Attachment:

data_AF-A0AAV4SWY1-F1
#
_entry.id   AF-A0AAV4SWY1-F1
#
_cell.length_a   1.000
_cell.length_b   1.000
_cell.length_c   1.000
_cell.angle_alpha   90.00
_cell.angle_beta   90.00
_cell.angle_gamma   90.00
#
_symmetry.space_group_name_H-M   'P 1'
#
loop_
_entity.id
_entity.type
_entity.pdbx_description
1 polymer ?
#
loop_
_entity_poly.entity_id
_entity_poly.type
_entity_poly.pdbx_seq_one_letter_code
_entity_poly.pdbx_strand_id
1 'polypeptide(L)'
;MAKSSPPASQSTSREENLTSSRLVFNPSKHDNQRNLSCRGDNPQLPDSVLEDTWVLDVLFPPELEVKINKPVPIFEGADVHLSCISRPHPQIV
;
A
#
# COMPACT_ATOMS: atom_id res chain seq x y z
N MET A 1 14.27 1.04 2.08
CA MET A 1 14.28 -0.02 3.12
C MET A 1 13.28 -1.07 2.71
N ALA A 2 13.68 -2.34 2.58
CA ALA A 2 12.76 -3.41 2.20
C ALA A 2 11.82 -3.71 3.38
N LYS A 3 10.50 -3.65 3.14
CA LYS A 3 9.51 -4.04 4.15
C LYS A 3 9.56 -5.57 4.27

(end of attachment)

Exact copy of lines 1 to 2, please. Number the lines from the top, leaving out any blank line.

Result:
data_AF-A0AAV4SWY1-F1
#